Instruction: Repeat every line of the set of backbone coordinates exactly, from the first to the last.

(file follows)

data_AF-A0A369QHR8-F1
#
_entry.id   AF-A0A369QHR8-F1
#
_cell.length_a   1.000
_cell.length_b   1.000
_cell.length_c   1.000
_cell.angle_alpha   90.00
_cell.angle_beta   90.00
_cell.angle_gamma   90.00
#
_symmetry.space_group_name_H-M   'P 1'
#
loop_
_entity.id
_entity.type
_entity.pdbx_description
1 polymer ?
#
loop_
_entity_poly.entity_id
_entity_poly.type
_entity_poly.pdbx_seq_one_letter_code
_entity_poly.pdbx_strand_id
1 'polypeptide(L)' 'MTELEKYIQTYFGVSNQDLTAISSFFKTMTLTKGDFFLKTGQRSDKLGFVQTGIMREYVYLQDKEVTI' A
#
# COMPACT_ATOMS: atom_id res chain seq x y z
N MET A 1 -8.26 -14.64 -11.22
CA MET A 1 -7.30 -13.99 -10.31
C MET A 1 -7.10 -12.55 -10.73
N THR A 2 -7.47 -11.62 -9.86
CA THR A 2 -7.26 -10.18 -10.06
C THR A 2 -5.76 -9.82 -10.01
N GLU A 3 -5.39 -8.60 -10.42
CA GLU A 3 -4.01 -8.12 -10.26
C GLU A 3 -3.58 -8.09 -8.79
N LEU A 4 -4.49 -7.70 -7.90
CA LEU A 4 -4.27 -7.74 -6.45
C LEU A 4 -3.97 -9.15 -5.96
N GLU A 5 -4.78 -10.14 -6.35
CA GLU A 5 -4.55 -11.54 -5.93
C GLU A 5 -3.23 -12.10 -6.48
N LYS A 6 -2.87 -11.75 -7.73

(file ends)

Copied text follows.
data_AF-A0A369QHR8-F1
#
_entry.id   AF-A0A369QHR8-F1
#
_cell.length_a   1.000
_cell.length_b   1.000
_cell.length_c   1.000
_cell.angle_alpha   90.00
_cell.angle_beta   90.00
_cell.angle_gamma   90.00
#
_symmetry.space_group_name_H-M   'P 1'
#
loop_
_entity.id
_entity.type
_entity.pdbx_description
1 polymer ?
#
loop_
_entity_poly.entity_id
_entity_poly.type
_entity_poly.pdbx_seq_one_letter_code
_entity_poly.pdbx_strand_id
1 'polypeptide(L)' 'MTELEKYIQTYFGVSNQDLTAISSFFKTMTLTKGDFFLKTGQRSDKLGFVQTGIMREYVYLQDKEVTI' A
#
# COMPACT_ATOMS: atom_id res chain seq x y z
N MET A 1 -8.26 -14.64 -11.22
CA MET A 1 -7.30 -13.99 -10.31
C MET A 1 -7.10 -12.55 -10.73
N THR A 2 -7.47 -11.62 -9.86
CA THR A 2 -7.26 -10.18 -10.06
C THR A 2 -5.76 -9.82 -10.01
N GLU A 3 -5.39 -8.60 -10.42
CA GLU A 3 -4.01 -8.12 -10.26
C GLU A 3 -3.58 -8.09 -8.79
N LEU A 4 -4.49 -7.70 -7.90
CA LEU A 4 -4.27 -7.74 -6.45
C LEU A 4 -3.97 -9.15 -5.96
N GLU A 5 -4.78 -10.14 -6.35
CA GLU A 5 -4.55 -11.54 -5.93
C GLU A 5 -3.23 -12.10 -6.48
N LYS A 6 -2.87 -11.75 -7.73